- Reuters/Phil Noble
LONDON – British holidaymakers jetting off to Europe who haven’t yet changed their money face misery, with the pound at a seven year low against the euro.
The pound dropped to its lowest level since 2010 on Wednesday – excluding a very brief period during last October’s flash crash – as the strengthening single currency punishes the pound.
The euro/pound currency cross, which is generally how the two are measured against one another, briefly rose to £0.9141 during early trade on Wednesday. That marked the strongest the euro has been against the pound, bar the flash crash, since 2010.
That rally was quashed by the worst of the Eurozone debt crisis, which pushed the euro downwards.
The euro’s recent rise against sterling illustrates the diverging economic fortunes of Britain and the eurozone since the Brexit vote. While the single currency area prospers – growth in Q2 exceeded expectations and ran at an annualised rate of 2.2% – the UK’s currency is weak, growth is subdued and virtually all risks to the economic outlook are to the downside.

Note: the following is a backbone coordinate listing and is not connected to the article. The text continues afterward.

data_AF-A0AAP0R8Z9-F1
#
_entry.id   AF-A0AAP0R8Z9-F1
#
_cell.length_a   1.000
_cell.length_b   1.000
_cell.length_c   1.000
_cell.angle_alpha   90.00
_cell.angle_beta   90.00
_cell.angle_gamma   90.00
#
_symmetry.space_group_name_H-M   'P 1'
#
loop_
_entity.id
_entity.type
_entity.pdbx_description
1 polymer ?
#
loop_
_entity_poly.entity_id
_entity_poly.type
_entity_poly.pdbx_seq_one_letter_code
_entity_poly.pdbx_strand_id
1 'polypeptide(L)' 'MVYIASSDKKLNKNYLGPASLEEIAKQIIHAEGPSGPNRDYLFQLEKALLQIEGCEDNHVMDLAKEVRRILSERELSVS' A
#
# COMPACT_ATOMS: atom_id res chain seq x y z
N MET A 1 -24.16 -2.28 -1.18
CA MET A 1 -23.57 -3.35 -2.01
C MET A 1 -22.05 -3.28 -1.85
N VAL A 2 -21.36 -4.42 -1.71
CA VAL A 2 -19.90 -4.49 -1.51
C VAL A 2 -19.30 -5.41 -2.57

Here’s the chart of the euro’s rise:
- Markets Insider
Having hit that record low in early trade, sterling has recovered a little after the latest data from the Office for National Statistics showed that UK unemployment fell to its lowest level since 1975 at the last reading.
The euro has been on a tear against both the pound and the dollar so far in 2017, as investors take note of the improving fortunes of the bloc’s economy. EU growth has recovered to its best levels since the eurozone debt crisis.
Meanwhile, the pound remains subdued thanks to British economic weakness and the uncertainty surrounding Brexit negotiations, both of which are expected to continue to negatively impact sterling.
Late last week analysts at Morgan Stanley forecast that the euro will be worth more than Britain’s currency by the end of the first quarter of 2018.
In the bank’s FX Overview paper at the end of last week, a team led by strategist Hans W. Redeker said that a combination of a stronger euro and a weakening pound will combine to make the euro more valuable than the pound for the first time in its history, and make it – in terms of pure value – the strongest major currency on the planet.